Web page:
GDPR states that the minimum age of consent is 16 years old. Member States may lower the minimum age of consent to 13, but parental consent is necessary if the user is under 16.

#8 Cookie control 


CCPA is not as strict as GDPR in terms of requiring explicit consent from visitors to store cookies on their devices. Websites do not require explicit consent for storing cookies on visitors’ devices. It only requires websites to let visitors opt out of cookies that sell their personal information. They should also provide information about what kind of cookies are used by the website, why, and how can visitors manage them.

CPRA: This expands to cookies that share the personal information of consumers with third parties.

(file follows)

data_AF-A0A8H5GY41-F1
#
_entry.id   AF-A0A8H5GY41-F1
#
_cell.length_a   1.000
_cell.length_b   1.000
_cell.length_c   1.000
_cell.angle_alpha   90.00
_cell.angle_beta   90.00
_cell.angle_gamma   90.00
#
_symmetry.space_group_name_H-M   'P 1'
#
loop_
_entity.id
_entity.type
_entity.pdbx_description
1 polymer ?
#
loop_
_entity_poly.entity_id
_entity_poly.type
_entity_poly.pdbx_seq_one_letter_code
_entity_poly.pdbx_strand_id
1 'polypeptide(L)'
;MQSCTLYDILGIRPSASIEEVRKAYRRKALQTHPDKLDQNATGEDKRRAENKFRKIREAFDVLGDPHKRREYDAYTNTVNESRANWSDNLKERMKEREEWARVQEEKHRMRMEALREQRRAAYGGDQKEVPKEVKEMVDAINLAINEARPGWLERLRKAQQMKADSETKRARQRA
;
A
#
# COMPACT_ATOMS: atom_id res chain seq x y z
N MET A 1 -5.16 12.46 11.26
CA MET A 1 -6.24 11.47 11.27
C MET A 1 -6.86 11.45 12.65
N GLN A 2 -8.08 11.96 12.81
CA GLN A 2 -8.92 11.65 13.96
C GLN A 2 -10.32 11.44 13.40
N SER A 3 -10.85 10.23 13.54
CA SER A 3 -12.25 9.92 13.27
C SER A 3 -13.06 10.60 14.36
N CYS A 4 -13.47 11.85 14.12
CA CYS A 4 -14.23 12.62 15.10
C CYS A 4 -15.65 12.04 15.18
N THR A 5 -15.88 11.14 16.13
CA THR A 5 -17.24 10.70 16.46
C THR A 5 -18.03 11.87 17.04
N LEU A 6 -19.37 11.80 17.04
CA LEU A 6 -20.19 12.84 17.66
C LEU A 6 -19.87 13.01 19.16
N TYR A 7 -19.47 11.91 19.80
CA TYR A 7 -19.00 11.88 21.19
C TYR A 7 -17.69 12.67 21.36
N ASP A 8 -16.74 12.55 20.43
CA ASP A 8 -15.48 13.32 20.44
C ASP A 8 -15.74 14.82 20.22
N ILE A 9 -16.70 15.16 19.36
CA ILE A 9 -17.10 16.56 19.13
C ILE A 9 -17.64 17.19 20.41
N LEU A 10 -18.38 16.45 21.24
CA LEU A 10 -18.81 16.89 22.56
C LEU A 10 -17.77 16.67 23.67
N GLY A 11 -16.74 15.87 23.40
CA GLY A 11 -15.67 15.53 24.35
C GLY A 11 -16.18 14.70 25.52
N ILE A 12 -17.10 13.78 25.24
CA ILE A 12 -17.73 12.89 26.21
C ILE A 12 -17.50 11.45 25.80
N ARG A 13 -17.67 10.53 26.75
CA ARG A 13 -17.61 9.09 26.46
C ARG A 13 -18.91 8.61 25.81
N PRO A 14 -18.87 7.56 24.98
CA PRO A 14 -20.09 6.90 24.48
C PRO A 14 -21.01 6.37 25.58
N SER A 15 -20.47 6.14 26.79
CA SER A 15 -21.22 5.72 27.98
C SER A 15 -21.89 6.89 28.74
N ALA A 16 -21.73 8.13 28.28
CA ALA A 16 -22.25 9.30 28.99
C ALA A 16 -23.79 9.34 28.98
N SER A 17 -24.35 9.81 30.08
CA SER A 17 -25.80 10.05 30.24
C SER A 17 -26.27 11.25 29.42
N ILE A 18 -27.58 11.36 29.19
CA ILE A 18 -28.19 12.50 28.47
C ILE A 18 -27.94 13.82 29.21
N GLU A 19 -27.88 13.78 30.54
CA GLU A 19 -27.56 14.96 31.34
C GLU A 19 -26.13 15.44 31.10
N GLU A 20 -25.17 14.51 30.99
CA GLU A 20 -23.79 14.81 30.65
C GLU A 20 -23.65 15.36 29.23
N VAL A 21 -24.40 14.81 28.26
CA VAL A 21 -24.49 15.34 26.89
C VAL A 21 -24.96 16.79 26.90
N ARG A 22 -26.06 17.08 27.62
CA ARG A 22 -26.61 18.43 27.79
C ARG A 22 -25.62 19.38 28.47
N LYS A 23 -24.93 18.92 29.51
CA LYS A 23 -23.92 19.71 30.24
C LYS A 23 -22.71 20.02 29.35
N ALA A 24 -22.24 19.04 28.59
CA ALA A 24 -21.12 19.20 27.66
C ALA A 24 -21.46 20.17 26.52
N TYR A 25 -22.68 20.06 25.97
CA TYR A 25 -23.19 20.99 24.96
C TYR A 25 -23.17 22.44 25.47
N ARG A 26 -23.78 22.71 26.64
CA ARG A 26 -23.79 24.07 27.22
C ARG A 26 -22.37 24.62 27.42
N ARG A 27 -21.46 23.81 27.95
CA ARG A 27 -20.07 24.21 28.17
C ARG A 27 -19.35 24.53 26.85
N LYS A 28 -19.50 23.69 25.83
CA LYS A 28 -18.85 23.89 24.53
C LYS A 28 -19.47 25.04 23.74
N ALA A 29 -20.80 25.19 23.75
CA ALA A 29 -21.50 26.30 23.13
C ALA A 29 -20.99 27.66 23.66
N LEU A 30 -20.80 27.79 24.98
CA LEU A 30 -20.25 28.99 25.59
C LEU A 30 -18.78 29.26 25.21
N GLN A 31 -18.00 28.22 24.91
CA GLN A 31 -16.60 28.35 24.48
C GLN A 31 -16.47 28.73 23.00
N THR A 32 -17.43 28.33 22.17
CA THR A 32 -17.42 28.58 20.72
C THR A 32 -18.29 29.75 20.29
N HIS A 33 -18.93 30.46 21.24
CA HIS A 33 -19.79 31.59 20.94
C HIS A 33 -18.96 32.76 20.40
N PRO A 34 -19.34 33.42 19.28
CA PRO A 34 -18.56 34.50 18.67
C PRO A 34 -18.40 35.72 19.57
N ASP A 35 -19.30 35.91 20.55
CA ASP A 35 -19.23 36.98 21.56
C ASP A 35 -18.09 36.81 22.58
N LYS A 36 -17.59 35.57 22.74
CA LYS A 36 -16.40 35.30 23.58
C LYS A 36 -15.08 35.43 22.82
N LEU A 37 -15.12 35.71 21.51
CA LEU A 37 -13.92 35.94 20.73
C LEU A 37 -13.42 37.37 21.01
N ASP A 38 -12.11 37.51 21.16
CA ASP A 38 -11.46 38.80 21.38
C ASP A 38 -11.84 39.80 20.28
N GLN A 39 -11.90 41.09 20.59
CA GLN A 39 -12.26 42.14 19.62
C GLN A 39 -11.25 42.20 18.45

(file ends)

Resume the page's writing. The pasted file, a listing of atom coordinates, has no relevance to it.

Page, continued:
Unlike CCPA, GDPR requires websites to explicitly ask for consent from users before storing cookies on their devices. It also requires websites to provide clear settings that allow users to opt out of the cookies. 

Like CCPA, the GDPR also requires websites to disclose information on what kind of cookies are being used and why they are being used as well as providing clear instructions on how visitors can control or delete them.

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#9 Security requirements 


Although the CCPA does not focus on any specific security requirements, it allows consumers to take action against companies that do not maintain adequate security measures.

CPRA: Builds upon the existing requirements by requiring businesses to implement additional measures to protect sensitive personal information. It also requires businesses to conduct regular risk assessments, perform cyber security audits, and maintain records of data processing activities.


Data security is one of the main requirements of the GDPR. Organizations are expected to implement necessary technical and organizational measures to ensure the security of personal data. The GDPR advises organizations to use techniques like encryption and pseudonymization to protect personal data. 

#10 Fines and penalties for non-compliance